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Houston, TX: Want to stimulate the economy? Raise the minimum wage
Your Houston News
Marc Croes, Kingwood Area Democrats

January 6, 2012
View the Original Article


The minimum wage has been around since the 1890s when New Zealand enacted the first law. The minimum wage became law in the United States in 1938, when Americans recognized the need to provide an incentive for the unemployed to seek work and lift themselves out of poverty.

Without the minimum wage law, many jobs did not pay enough for a worker to support himself. There was no incentive to take an entry-level or unskilled job, and many Americans turned to the black market economy and a life of crime to earn a living wage.

Prior to the minimum wage laws there was no job security. It was common for an adult to lose his job to a teenager, who would work for less.

The current economy is slowly improving, but everyone would like it to move faster. The traditional way to stimulate the economy is to increase government spending, but we are already spending too much. Cutting taxes to stimulate the economy worked for a while but caused the deficit to balloon far more than any spending increase would have done.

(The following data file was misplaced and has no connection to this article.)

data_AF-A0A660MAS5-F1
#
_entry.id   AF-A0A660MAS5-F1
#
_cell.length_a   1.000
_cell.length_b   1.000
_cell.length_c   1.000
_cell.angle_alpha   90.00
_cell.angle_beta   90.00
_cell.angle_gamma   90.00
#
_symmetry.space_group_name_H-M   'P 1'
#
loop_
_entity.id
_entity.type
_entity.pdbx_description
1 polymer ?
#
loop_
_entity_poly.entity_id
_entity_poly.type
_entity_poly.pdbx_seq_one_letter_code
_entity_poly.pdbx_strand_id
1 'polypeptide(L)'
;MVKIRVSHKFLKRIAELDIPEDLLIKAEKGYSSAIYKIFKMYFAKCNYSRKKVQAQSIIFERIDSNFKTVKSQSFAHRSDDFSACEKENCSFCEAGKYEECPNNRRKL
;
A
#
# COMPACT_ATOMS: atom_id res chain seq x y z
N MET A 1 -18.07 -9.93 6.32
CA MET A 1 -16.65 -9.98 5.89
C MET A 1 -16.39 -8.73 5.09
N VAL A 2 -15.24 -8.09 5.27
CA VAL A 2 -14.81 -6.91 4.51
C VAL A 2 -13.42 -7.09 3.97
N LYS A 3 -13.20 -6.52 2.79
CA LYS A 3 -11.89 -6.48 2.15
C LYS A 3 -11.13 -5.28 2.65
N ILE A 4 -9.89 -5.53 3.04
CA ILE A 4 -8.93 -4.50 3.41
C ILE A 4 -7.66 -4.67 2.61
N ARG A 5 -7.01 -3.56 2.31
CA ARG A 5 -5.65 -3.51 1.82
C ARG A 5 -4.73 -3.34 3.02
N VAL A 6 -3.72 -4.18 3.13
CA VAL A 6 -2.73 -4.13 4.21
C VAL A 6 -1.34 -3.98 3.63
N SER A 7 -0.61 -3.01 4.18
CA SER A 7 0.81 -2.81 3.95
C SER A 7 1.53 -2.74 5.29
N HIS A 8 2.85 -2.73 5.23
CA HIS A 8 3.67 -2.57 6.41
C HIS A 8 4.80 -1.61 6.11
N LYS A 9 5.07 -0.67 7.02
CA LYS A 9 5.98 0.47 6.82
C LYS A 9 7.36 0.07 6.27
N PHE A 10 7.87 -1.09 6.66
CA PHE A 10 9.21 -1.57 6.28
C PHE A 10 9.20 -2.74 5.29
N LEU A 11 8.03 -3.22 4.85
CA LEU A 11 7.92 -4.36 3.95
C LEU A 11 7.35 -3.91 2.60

Efforts to cut spending have degenerated into partisan bickering, with each side trying to protect its own sacred cows while cutting the opposition’s sacred cows. What can we do?

We can increase the minimum wage. President Obama met with national business leaders in 2011 and asked them why they were sitting on record piles of cash but not hiring. The business leaders blamed it on a lack of customers. Businesses were not hiring because consumers were not spending.

Raising the minimum wage will put some of that dormant corporate cash into the pockets of people who have basic needs, resulting in increased consumer spending. Increased consumer spending will increase tax revenues, increase corporate profits, reduce unemployment and help many Americans claw their way out of poverty.

Raising the minimum wage has always resulted in increased worker productivity, which will further increase corporate profits.

Did everyone get that? Increasing the minimum wage will increase tax revenues and reduce the deficit without a tax increase or a spending cut. It’s certainly not a cure-all for our problems, but it’s a fairly painless step in the right direction.

Why haven’t we done it already? Business leaders noisily oppose the idea of raising the minimum wage, claiming it would hurt corporate profits and increase layoffs. Those are possibly short-term truths, but keep in mind that those huge corporate executive bonuses are tied to short-term profits. Over the long term those are empty threats.

Business leaders have always opposed minimum wage increases since the first law was passed, and history tells us a well-timed minimum wage increase has always been of great benefit to the economy and millions of working Americans. Let’s ignore the corporate noise, learn the lessons from our history and do what history tells us will work.

Let’s help millions of our fellow Americans. Let’s help our economy. Let’s raise the minimum wage. It’s a no-brainer.